But with federal-provincial transfers technically up for renewal in 2014, the economic and fiscal situation for the federal government is much improved. The worst of the economic crisis has passed and with subsequent policy changes – including reduced growth in federal health care transfers to the provinces – Ottawa now has significant fiscal room to manoeuvre. Conversely, the long-term outlook for the provinces is far worse and features rising, not falling, public debt.

The Parliamentary Budget Office estimates that Ottawa could raise spending or lower taxes by about $25-billion annually without increasing federal debt as a share of the economy over the long run. The cap on equalization payments should be removed. This would allow the program to operate as intended, while likely using up less than one-tenth of Ottawa's long-term fiscal room.

A complementary approach to address these fiscal inequalities would be for the federal government to tie some of its other transfers to overall provincial revenue-raising capacity. This would mean, for example, that because resource-rich have far higher revenues than other provinces due to their resource wealth, Ottawa would lower their per-capita transfers for health and social spending.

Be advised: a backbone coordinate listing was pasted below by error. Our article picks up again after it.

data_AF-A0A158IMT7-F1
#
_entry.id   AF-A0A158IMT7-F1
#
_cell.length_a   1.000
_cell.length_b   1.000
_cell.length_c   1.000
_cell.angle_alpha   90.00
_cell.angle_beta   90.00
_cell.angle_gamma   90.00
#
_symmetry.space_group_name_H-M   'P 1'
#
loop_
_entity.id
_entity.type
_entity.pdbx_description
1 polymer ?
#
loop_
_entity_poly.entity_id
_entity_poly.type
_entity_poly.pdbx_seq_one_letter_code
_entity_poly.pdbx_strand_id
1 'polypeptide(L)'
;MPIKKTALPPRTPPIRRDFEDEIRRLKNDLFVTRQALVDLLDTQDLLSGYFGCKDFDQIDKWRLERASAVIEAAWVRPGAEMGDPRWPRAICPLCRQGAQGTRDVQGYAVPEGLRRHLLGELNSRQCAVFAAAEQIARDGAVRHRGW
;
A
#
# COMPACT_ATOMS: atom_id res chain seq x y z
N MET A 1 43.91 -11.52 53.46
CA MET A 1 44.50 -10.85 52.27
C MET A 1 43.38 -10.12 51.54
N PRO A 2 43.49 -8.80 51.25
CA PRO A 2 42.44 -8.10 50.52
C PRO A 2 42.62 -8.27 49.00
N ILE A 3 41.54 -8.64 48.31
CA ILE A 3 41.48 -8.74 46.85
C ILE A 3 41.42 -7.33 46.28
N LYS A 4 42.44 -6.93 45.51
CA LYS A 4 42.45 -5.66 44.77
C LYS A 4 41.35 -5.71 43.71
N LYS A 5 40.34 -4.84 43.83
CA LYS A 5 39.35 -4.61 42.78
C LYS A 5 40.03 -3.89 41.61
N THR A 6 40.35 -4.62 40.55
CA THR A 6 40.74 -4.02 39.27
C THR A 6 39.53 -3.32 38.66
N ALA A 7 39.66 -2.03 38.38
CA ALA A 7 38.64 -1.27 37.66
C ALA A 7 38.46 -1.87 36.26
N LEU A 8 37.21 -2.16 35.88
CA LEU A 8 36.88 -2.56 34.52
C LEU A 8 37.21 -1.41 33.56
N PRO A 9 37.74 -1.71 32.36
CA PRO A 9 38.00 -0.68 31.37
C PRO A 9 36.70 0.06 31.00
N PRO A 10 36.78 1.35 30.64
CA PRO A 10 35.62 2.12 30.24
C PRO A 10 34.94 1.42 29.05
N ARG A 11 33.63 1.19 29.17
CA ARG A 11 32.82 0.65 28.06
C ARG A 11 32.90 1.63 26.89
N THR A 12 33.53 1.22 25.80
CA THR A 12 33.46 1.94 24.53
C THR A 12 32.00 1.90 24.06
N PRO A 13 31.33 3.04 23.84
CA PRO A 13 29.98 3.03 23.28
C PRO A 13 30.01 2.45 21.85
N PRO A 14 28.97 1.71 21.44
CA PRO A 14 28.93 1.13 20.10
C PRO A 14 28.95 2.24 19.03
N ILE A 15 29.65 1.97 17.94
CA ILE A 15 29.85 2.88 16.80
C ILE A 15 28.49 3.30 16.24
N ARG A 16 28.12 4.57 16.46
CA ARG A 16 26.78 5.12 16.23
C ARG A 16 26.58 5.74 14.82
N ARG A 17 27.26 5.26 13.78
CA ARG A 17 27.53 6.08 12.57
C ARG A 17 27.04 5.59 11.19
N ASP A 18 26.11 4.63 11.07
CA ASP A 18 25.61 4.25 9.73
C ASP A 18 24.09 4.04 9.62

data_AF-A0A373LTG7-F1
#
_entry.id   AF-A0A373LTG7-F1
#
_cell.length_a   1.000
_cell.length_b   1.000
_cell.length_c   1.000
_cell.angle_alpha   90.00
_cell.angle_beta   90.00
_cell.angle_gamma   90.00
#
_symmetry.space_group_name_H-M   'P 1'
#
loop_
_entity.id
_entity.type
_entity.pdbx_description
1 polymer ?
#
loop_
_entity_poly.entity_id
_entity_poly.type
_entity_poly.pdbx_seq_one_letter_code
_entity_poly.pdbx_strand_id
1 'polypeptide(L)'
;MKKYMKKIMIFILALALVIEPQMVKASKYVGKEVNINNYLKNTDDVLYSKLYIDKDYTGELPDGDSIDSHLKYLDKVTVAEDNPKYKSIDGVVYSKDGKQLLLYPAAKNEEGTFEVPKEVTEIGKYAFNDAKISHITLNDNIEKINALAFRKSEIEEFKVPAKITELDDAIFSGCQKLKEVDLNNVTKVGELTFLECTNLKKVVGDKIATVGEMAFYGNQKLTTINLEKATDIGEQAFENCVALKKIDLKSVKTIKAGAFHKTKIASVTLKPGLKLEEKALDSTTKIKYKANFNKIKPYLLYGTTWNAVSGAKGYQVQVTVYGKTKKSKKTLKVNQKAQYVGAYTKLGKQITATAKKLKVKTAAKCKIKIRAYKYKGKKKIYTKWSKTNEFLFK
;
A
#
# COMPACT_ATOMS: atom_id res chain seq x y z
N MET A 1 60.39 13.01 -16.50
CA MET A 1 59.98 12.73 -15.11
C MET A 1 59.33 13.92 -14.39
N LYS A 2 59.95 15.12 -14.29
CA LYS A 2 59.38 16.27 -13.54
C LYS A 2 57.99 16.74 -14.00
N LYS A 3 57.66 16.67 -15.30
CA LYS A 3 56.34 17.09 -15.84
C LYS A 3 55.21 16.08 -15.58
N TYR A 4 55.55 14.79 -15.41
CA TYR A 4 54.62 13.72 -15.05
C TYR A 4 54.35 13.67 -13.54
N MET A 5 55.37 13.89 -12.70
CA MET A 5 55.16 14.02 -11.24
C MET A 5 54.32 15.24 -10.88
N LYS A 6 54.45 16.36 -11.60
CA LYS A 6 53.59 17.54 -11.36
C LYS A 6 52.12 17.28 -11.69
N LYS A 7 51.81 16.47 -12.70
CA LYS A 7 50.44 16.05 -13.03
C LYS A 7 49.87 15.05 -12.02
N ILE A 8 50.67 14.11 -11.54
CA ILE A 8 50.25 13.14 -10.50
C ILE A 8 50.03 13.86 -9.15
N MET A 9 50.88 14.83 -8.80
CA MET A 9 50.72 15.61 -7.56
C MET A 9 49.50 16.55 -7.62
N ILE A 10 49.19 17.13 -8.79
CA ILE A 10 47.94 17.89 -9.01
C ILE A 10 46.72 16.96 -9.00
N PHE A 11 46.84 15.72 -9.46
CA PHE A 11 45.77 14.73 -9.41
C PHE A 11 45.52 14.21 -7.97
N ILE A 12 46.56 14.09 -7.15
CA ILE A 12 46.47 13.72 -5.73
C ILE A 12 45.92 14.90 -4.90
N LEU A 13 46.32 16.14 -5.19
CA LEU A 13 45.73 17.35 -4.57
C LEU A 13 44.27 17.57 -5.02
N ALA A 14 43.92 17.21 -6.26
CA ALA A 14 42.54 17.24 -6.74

Unfortunately, the federal government is moving in the opposite direction – in favour of equal per-capita cash transfers, under the guise of fairness. In fact, a truly fairer approach would be to use these other transfer programs (such as CHT and CST) to offset some of the interprovincial imbalances created by natural resource endowments.

Discussions of transfer programs have faded from view. Nonetheless, they remain an essential and underused tool for the federal government to play its appropriate adjustment and insurance role in the federation. In fact, they may just be the complementary tools needed to muster national support for Ottawa's push to increase resource development.

Robin Boadway is a professor at Queen's University. Serge Coulombe and Jean-François Tremblay are professors at the University of Ottawa. They are the authors of the Institute for Research on Public Policy (IRPP) Insight publication "Canadian Prescriptions for Dutch Disease".